Sounds legit, does it not? The reason this statement is relevant is because the argument made by all the World of Tank shills and trolls is that they don’t care, that they don’t need the EU, that they are so rich they don’t need anybody. So how could they not care when they just said they do and did some very creative valuation to do exactly that? We’ll get back to that a bit later.
So where is all this money? Well, lets start by taking a look at what Wargaming had done at this point in time and what they actually hoped to do. Here is their Projected Cash Flow Statements for years 2011 to 2014:
Share Capitol Issue
Total Cash Inflows
Total Cash Outflows
Net Cash Inflows
So once again the question becomes, “Where’s the billions?” In short, there aren’t any. There never were any. That’s just more completely made up junk by the World of Tanks shills and trolls.
So what in fact did happen? Well, this is where it all goes pear shaped. The next time we get an official financial statement from Wargaming is in April of 2013, a year-and-a-half later. So what does it tell us? Well, it tells us that something very, very suspect is going on at the very least.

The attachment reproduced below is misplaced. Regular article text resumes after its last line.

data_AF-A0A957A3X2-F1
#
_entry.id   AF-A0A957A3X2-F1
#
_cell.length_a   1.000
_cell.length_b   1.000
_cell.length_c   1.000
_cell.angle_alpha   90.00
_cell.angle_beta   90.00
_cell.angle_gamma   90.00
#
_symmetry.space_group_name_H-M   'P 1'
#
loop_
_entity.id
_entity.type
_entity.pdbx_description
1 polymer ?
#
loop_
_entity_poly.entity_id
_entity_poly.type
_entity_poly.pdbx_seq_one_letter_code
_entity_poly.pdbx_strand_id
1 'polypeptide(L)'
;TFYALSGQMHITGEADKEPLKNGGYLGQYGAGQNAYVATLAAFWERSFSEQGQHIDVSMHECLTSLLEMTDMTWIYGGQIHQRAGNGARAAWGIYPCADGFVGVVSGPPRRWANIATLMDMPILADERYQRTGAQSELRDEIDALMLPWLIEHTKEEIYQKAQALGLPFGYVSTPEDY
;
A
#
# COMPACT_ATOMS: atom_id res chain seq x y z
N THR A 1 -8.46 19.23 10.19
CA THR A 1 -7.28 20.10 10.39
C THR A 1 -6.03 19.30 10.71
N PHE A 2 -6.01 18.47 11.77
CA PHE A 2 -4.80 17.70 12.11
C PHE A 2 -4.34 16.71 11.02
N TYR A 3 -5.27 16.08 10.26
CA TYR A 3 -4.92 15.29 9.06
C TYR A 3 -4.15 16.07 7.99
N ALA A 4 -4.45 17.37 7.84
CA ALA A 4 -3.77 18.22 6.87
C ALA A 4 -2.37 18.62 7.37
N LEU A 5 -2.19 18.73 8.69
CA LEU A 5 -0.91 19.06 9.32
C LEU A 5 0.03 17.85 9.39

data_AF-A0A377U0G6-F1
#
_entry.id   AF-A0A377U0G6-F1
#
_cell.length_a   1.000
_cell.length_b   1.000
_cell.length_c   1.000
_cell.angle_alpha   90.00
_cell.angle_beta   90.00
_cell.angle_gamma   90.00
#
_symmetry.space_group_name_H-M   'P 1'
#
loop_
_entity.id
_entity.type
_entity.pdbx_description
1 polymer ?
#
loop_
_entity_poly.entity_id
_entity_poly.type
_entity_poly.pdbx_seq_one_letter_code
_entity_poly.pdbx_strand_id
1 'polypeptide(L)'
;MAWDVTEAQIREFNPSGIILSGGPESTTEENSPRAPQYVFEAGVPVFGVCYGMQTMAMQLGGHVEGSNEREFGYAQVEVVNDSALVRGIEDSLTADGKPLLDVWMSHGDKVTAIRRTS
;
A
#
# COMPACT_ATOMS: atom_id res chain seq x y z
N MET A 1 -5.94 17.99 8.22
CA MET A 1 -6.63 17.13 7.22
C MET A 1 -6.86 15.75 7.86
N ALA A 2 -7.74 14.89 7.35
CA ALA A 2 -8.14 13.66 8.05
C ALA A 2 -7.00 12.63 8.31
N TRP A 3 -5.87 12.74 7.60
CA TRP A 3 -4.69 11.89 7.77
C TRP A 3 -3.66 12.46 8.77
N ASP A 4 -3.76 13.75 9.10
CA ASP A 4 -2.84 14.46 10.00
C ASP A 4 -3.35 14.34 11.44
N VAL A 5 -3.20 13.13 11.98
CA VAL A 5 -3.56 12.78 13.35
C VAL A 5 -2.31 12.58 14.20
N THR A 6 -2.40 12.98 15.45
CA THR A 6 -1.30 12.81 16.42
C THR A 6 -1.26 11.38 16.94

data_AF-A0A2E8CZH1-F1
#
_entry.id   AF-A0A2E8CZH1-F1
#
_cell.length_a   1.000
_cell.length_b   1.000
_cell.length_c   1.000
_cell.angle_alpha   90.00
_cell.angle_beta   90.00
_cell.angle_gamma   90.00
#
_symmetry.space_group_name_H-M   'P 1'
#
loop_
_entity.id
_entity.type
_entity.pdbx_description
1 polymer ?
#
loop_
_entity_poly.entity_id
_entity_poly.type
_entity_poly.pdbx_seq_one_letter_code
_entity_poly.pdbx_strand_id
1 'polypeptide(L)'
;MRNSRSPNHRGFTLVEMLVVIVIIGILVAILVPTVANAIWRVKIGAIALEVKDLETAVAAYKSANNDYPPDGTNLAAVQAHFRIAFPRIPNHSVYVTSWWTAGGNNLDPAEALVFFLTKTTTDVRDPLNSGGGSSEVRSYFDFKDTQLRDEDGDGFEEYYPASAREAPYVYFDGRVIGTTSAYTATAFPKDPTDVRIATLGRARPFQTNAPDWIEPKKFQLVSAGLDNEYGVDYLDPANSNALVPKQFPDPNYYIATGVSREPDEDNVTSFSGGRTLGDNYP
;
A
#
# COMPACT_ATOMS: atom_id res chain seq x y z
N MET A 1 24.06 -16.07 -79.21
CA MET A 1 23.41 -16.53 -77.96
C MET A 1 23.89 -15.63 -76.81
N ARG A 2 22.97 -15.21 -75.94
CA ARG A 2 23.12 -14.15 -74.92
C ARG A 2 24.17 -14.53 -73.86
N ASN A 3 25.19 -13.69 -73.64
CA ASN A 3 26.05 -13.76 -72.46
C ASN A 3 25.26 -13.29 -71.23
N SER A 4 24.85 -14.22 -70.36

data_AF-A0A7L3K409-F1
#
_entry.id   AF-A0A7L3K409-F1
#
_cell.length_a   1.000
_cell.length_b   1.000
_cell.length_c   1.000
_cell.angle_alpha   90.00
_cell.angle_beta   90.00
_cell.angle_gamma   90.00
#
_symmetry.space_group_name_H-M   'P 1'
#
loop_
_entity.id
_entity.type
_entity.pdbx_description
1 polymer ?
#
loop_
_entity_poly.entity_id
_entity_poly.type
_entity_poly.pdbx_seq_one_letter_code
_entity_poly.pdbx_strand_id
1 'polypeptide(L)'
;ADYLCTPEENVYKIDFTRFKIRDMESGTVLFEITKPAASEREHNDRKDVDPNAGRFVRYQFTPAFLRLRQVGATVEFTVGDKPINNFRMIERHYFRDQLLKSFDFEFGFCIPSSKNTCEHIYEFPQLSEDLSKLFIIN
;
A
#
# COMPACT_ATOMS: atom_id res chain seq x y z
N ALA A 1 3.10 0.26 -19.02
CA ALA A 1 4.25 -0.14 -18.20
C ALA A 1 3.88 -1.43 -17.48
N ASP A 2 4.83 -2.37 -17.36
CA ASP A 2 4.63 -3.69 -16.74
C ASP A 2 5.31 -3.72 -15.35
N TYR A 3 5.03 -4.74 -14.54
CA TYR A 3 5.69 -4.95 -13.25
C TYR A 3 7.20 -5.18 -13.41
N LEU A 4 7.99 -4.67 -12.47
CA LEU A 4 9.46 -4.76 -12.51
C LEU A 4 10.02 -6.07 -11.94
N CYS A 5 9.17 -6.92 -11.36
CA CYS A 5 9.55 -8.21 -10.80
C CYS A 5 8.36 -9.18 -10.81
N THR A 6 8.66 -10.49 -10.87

The only numbers we have that cover an entire year on this report, or for the entire history of Wargaming for that matter, is 2012. So lets all take a look at how the actual numbers from 2012 stack up to the projections they made for 2012 back in October of 2011:
Share Capitol Issue
180,274 (Sundry Income)
Total Cash Inflows
Total Cash Outflows
Net Cash Inflows
This is where anybody in their right mind sits up, looks at this, and says, “how in the name of all that is holy did THAT happen?”
It is, at best, laughable on its face. So laughable in fact that it begs a closer look by the likes of Interpol. So what the hell happened in 2012? That’s a good question and it deserves a good answer.
What we know is that in 2012, immediately after getting listed, Wargaming went on a spending spree. In August of 2012, they bought the Big World engine that powers their games for $45,000,000. That’s a good chunk of change. Then in January of 2013, they bought Day 1 Studios for another $20,000,000. Just one month later in February, the purchased Gas Powered Games for an undisclosed amount.